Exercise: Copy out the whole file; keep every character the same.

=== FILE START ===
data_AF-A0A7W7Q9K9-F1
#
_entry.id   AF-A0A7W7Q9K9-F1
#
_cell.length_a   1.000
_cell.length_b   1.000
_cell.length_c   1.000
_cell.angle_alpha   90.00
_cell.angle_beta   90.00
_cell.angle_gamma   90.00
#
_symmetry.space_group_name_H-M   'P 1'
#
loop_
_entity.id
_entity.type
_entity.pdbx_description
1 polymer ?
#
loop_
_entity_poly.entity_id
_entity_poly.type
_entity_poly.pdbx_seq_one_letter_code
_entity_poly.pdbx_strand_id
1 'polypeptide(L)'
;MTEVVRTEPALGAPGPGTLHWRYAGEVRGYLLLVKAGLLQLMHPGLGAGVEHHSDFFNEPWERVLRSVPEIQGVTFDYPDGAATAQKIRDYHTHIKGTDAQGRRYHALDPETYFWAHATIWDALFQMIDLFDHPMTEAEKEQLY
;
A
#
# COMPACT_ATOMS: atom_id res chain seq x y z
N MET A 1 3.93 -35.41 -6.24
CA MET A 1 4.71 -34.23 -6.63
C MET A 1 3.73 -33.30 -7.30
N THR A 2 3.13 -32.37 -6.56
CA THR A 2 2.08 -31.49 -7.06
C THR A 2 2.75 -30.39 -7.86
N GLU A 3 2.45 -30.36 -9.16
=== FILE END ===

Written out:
data_AF-A0A7W7Q9K9-F1
#
_entry.id   AF-A0A7W7Q9K9-F1
#
_cell.length_a   1.000
_cell.length_b   1.000
_cell.length_c   1.000
_cell.angle_alpha   90.00
_cell.angle_beta   90.00
_cell.angle_gamma   90.00
#
_symmetry.space_group_name_H-M   'P 1'
#
loop_
_entity.id
_entity.type
_entity.pdbx_description
1 polymer ?
#
loop_
_entity_poly.entity_id
_entity_poly.type
_entity_poly.pdbx_seq_one_letter_code
_entity_poly.pdbx_strand_id
1 'polypeptide(L)'
;MTEVVRTEPALGAPGPGTLHWRYAGEVRGYLLLVKAGLLQLMHPGLGAGVEHHSDFFNEPWERVLRSVPEIQGVTFDYPDGAATAQKIRDYHTHIKGTDAQGRRYHALDPETYFWAHATIWDALFQMIDLFDHPMTEAEKEQLY
;
A
#
# COMPACT_ATOMS: atom_id res chain seq x y z
N MET A 1 3.93 -35.41 -6.24
CA MET A 1 4.71 -34.23 -6.63
C MET A 1 3.73 -33.30 -7.30
N THR A 2 3.13 -32.37 -6.56
CA THR A 2 2.08 -31.49 -7.06
C THR A 2 2.75 -30.39 -7.86
N GLU A 3 2.45 -30.36 -9.16